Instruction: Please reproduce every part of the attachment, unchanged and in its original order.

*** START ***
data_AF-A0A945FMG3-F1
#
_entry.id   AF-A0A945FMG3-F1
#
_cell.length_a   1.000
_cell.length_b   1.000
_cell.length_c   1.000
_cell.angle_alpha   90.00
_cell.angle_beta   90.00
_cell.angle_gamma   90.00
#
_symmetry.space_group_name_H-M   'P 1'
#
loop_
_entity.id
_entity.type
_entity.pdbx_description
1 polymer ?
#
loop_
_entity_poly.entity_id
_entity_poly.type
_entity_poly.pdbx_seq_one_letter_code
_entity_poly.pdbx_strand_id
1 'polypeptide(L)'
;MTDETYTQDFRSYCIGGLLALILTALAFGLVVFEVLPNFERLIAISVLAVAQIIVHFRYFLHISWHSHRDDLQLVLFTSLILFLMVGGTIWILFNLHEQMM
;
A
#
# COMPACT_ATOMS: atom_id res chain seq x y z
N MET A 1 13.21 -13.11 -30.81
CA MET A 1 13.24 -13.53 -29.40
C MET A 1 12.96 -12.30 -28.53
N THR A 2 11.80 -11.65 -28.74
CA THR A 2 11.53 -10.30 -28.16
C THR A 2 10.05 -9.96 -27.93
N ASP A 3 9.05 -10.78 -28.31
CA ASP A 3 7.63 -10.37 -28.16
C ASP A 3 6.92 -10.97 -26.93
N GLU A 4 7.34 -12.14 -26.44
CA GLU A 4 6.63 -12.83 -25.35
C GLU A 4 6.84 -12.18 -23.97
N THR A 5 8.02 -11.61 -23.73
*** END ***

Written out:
data_AF-A0A945FMG3-F1
#
_entry.id   AF-A0A945FMG3-F1
#
_cell.length_a   1.000
_cell.length_b   1.000
_cell.length_c   1.000
_cell.angle_alpha   90.00
_cell.angle_beta   90.00
_cell.angle_gamma   90.00
#
_symmetry.space_group_name_H-M   'P 1'
#
loop_
_entity.id
_entity.type
_entity.pdbx_description
1 polymer ?
#
loop_
_entity_poly.entity_id
_entity_poly.type
_entity_poly.pdbx_seq_one_letter_code
_entity_poly.pdbx_strand_id
1 'polypeptide(L)'
;MTDETYTQDFRSYCIGGLLALILTALAFGLVVFEVLPNFERLIAISVLAVAQIIVHFRYFLHISWHSHRDDLQLVLFTSLILFLMVGGTIWILFNLHEQMM
;
A
#
# COMPACT_ATOMS: atom_id res chain seq x y z
N MET A 1 13.21 -13.11 -30.81
CA MET A 1 13.24 -13.53 -29.40
C MET A 1 12.96 -12.30 -28.53
N THR A 2 11.80 -11.65 -28.74
CA THR A 2 11.53 -10.30 -28.16
C THR A 2 10.05 -9.96 -27.93
N ASP A 3 9.05 -10.78 -28.31
CA ASP A 3 7.63 -10.37 -28.16
C ASP A 3 6.92 -10.97 -26.93
N GLU A 4 7.34 -12.14 -26.44
CA GLU A 4 6.63 -12.83 -25.35
C GLU A 4 6.84 -12.18 -23.97
N THR A 5 8.02 -11.61 -23.73